Original languageEnglish
Pages (from-to)1519-1527
Number of pages9
JournalThe Lancet
Volume389
Issue number10078
DOIs
Publication statusPublished - 15 Apr 2017
Externally publishedYes

Cite this

Fixation using Alternative Implants for the Treatment of Hip fractures (FAITH) Investigators (2017). Fracture fixation in the operative management of hip fractures (FAITH): an international, multicentre, randomised controlled trial. The Lancet, 389(10078), 1519-1527. https://doi.org/10.1016/S0140-6736(17)30066-1
Fixation using Alternative Implants for the Treatment of Hip fractures (FAITH) Investigators. / Fracture fixation in the operative management of hip fractures (FAITH) : an international, multicentre, randomised controlled trial. In: The Lancet. 2017 ; Vol. 389, No. 10078. pp. 1519-1527.
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title = "Fracture fixation in the operative management of hip fractures (FAITH): an international, multicentre, randomised controlled trial",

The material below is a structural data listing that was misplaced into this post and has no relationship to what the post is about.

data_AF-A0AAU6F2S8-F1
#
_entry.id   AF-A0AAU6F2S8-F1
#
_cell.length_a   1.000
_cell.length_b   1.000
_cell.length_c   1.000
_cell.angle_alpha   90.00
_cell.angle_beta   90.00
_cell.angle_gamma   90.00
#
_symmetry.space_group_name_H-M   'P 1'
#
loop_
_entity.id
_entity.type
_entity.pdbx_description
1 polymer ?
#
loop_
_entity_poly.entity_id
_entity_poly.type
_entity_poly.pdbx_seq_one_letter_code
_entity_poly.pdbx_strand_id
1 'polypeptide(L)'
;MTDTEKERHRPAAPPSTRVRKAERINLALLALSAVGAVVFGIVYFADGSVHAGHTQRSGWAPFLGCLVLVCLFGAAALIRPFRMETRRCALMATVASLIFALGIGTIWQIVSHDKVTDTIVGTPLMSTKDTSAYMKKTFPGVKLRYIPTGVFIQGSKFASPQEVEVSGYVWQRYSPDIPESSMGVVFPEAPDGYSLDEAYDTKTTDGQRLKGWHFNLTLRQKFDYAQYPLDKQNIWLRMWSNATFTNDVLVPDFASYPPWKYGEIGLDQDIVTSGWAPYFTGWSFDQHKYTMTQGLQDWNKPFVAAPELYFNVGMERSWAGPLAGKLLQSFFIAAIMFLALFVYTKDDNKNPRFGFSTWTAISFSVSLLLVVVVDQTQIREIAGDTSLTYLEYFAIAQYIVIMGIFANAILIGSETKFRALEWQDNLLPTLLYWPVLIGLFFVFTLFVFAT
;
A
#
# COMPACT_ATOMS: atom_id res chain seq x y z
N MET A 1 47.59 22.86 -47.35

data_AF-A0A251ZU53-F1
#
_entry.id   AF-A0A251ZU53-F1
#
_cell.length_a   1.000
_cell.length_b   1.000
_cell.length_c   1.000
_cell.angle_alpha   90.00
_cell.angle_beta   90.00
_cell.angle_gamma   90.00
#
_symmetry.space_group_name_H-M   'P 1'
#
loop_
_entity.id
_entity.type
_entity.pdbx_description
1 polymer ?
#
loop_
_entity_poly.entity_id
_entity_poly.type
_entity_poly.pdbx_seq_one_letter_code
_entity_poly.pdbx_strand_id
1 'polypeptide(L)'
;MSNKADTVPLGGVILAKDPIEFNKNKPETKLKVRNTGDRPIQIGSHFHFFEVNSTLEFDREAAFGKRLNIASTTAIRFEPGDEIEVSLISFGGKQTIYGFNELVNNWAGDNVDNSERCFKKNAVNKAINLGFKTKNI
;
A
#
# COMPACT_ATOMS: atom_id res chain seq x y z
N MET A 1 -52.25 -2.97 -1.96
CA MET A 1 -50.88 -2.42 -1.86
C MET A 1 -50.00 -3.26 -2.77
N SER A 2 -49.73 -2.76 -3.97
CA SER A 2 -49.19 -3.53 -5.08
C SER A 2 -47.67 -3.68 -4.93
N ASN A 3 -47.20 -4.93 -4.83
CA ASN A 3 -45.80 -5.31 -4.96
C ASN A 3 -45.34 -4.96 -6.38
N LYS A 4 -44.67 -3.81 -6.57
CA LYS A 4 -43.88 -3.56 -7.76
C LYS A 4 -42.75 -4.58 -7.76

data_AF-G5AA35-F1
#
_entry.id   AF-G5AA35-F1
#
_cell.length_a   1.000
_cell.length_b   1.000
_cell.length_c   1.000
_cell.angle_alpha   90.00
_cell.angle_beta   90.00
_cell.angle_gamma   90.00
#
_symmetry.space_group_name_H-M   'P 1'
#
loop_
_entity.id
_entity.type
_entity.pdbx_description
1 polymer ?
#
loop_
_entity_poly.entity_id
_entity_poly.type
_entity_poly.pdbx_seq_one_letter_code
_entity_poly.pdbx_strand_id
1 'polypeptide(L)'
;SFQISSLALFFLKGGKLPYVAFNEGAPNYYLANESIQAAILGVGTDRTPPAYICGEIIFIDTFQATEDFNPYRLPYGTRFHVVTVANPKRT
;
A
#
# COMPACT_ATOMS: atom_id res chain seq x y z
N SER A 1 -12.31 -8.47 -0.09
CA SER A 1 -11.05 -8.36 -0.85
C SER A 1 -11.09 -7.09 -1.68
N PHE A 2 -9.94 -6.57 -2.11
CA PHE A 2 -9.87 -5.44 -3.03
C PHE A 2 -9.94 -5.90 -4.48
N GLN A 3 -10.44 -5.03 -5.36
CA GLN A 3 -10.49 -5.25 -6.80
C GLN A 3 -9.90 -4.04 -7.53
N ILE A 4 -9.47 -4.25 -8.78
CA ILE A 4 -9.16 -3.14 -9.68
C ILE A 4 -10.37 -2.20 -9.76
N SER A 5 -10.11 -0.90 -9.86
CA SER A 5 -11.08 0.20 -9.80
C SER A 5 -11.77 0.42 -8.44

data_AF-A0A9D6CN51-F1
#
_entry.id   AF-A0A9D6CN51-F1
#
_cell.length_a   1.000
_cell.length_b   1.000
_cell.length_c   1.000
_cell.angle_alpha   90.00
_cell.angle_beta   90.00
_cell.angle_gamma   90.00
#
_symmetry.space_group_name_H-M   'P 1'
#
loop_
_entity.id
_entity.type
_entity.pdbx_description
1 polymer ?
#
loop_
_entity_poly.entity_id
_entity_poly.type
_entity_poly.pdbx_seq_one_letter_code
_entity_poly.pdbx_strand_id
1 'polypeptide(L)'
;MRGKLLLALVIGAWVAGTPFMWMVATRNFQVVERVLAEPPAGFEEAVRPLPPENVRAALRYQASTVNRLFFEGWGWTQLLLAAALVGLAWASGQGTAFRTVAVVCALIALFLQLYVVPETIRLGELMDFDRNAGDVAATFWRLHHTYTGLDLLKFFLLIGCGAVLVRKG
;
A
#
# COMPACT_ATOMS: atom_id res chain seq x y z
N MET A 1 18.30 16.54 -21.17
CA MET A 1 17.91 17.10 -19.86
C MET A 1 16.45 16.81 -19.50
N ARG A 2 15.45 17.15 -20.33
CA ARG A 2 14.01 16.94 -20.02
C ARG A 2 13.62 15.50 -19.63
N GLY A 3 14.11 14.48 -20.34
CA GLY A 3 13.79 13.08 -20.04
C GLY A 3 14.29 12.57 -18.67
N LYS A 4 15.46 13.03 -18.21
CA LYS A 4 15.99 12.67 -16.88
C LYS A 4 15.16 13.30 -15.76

abstract = "Background Reoperation rates are high after surgery for hip fractures. We investigated the effect of a sliding hip screw versus cancellous screws on the risk of reoperation and other key outcomes. Methods For this international, multicentre, allocation concealed randomised controlled trial, we enrolled patients aged 50 years or older with a low-energy hip fracture requiring fracture fixation from 81 clinical centres in eight countries. Patients were assigned by minimisation with a centralised computer system to receive a single large-diameter screw with a side-plate (sliding hip screw) or the present standard of care, multiple small-diameter cancellous screws. Surgeons and patients were not blinded but the data analyst, while doing the analyses, remained blinded to treatment groups. The primary outcome was hip reoperation within 24 months after initial surgery to promote fracture healing, relieve pain, treat infection, or improve function. Analyses followed the intention-to-treat principle. This study was registered with ClinicalTrials.gov, number NCT00761813. Findings Between March 3, 2008, and March 31, 2014, we randomly assigned 1108 patients to receive a sliding hip screw (n=557) or cancellous screws (n=551). Reoperations within 24 months did not differ by type of surgical fixation in those included in the primary analysis: 107 (20{\%}) of 542 patients in the sliding hip screw group versus 117 (22{\%}) of 537 patients in the cancellous screws group (hazard ratio [HR] 0·83, 95{\%} CI 0·63–1·09; p=0·18). Avascular necrosis was more common in the sliding hip screw group than in the cancellous screws group (50 patients [9{\%}] vs 28 patients [5{\%}]; HR 1·91, 1·06–3·44; p=0·0319). However, no significant difference was found between the number of medically related adverse events between groups (p=0·82; appendix); these events included pulmonary embolism (two patients [<1{\%}] vs four [1{\%}] patients; p=0·41) and sepsis (seven [1{\%}] vs six [1{\%}]; p=0·79). Interpretation In terms of reoperation rates the sliding hip screw shows no advantage, but some groups of patients (smokers and those with displaced or base of neck fractures) might do better with a sliding hip screw than with cancellous screws. Funding National Institutes of Health, Canadian Institutes of Health Research, Stichting NutsOhra, Netherlands Organisation for Health Research and Development, Physicians' Services Incorporated.",